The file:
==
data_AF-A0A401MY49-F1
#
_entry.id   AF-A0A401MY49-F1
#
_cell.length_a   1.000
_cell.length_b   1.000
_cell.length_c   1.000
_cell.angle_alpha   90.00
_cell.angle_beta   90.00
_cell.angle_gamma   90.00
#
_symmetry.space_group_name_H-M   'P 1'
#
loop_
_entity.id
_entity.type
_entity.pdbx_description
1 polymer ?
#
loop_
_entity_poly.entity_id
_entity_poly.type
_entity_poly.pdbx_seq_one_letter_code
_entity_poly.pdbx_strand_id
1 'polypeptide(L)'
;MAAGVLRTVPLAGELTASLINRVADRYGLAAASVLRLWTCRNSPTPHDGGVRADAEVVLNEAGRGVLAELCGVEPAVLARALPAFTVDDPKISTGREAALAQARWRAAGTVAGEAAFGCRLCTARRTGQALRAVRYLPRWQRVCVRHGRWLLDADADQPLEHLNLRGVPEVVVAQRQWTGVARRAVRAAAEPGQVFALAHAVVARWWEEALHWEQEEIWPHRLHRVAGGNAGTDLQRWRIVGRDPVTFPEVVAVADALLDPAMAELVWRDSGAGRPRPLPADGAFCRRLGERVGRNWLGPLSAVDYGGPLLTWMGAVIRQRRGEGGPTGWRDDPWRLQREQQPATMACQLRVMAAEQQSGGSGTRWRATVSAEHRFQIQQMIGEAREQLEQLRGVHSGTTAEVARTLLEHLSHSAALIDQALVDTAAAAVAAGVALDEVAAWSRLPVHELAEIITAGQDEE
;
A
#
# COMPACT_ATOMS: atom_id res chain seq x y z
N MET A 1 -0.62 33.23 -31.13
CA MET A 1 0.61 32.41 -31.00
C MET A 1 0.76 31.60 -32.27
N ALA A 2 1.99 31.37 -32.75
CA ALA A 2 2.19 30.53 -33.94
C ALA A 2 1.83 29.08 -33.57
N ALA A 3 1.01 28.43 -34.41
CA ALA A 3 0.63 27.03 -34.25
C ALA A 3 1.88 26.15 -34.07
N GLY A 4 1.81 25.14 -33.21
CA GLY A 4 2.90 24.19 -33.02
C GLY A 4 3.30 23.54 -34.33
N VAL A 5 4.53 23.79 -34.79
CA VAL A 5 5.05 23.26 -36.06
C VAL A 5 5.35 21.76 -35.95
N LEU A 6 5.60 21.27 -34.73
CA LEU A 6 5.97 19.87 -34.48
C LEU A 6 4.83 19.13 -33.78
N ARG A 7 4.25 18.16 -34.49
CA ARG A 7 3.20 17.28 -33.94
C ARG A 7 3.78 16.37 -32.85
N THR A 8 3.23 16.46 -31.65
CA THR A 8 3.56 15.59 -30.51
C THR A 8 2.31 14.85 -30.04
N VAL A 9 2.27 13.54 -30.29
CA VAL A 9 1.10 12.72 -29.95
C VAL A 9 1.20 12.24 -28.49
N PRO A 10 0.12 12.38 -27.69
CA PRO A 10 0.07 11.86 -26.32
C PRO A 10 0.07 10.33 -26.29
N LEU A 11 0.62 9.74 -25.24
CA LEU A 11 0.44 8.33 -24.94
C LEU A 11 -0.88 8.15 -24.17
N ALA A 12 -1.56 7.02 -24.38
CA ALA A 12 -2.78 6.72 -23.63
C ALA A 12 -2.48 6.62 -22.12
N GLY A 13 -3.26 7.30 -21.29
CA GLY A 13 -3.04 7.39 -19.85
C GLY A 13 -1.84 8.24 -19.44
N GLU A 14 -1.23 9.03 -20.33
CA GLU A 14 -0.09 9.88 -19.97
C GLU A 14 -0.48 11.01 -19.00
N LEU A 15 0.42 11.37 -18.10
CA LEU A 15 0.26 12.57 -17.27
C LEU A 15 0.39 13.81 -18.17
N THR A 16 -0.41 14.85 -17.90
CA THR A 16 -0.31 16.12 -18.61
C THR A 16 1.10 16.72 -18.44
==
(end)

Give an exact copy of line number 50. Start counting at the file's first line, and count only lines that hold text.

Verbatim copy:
CA ARG A 7 3.20 17.28 -33.94